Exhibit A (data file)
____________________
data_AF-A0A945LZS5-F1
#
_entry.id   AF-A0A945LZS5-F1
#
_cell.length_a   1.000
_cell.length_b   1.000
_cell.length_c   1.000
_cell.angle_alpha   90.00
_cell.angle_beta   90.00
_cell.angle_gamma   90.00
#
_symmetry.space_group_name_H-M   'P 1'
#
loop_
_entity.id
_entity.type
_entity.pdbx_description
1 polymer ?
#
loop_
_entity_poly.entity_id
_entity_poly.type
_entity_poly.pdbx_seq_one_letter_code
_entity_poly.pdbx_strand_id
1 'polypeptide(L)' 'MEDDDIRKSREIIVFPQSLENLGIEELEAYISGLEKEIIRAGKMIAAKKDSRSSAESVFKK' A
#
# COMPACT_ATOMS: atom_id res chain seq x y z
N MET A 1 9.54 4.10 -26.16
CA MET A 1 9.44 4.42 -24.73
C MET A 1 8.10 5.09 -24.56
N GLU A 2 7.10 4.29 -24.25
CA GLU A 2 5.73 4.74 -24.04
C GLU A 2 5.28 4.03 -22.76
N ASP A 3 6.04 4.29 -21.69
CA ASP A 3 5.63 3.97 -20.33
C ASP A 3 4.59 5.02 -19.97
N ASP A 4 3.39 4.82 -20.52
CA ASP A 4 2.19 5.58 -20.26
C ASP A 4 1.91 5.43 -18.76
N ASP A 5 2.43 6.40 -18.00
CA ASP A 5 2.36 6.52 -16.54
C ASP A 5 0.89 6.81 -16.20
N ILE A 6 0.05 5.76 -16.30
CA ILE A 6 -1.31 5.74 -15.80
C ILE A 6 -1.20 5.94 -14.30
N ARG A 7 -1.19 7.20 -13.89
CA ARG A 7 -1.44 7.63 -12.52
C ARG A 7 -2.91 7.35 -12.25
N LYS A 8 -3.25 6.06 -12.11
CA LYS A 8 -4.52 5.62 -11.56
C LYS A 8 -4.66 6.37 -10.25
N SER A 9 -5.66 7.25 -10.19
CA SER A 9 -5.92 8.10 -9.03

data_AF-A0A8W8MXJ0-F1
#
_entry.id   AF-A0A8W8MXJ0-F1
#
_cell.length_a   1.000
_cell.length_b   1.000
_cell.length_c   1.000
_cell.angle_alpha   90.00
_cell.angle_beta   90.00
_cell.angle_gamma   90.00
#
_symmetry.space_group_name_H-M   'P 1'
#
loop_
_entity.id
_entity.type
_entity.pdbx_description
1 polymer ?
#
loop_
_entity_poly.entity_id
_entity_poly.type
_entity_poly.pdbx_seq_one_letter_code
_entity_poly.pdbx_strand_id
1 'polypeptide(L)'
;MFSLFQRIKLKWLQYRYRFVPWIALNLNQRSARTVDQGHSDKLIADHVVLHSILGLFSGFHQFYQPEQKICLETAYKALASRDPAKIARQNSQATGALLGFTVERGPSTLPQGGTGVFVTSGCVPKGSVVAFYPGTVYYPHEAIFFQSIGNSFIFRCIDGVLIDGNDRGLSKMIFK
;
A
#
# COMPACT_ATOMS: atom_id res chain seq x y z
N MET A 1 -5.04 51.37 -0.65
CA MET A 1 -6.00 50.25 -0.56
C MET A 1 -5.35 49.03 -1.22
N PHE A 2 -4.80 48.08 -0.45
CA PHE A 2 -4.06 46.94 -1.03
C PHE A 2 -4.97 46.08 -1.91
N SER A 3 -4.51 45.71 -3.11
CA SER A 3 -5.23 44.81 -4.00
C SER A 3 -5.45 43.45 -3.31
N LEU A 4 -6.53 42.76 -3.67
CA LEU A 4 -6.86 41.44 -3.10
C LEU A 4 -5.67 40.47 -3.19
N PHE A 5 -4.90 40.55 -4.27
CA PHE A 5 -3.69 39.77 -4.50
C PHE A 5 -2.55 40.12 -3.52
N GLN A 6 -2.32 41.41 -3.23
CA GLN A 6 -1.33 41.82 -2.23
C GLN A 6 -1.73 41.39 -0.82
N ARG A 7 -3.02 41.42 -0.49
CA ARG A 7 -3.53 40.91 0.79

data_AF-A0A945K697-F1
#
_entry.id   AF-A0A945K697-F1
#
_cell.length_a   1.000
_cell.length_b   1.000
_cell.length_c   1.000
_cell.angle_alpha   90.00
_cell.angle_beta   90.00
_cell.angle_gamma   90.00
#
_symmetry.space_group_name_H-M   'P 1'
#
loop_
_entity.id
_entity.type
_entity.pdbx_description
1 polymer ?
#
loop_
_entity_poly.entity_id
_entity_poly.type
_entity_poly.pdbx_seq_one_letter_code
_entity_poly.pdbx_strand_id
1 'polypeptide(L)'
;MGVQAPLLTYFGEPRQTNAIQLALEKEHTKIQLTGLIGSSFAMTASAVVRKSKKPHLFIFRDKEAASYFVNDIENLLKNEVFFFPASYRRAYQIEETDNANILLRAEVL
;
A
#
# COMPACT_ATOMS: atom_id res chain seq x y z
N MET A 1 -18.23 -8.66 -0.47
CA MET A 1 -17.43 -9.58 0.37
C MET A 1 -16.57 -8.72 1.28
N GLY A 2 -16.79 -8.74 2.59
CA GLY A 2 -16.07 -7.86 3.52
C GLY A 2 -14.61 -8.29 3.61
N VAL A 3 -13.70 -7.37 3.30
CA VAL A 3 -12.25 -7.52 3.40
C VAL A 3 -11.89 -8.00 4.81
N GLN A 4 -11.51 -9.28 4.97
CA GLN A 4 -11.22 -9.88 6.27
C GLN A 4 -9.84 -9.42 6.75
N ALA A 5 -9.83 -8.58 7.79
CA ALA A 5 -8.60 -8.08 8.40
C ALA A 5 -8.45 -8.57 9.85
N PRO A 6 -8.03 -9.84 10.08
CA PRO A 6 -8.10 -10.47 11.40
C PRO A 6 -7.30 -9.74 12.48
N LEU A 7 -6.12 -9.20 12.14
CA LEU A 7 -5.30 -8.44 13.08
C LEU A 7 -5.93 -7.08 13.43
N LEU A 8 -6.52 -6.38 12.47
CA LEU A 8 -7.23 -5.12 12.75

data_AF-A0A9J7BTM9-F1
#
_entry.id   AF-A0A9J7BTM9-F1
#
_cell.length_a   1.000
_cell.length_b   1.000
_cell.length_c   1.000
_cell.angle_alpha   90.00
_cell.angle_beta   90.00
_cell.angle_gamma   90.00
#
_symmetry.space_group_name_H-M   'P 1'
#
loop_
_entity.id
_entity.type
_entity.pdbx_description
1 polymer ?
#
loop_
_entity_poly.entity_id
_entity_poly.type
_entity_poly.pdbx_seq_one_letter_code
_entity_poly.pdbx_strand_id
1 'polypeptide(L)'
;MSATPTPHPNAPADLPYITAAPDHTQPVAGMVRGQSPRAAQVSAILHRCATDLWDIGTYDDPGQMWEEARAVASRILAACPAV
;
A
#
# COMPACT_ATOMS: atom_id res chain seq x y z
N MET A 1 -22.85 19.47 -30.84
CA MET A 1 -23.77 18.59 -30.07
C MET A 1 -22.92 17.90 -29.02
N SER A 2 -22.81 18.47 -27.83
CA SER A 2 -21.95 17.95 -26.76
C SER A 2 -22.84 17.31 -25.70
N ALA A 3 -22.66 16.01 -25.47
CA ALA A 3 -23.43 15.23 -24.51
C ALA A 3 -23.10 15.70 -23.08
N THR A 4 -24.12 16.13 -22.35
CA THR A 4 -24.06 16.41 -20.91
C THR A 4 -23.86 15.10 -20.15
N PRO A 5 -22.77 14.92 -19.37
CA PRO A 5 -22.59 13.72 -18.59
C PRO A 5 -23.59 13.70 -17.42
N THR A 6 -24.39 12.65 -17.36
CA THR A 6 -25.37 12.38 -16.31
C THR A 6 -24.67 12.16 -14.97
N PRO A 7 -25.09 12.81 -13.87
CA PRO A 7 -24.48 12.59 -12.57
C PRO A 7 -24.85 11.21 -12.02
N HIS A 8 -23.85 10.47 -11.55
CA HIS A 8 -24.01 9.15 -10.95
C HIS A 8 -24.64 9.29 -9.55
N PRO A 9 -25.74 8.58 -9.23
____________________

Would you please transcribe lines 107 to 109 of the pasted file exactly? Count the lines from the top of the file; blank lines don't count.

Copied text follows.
#
_cell.length_a   1.000
_cell.length_b   1.000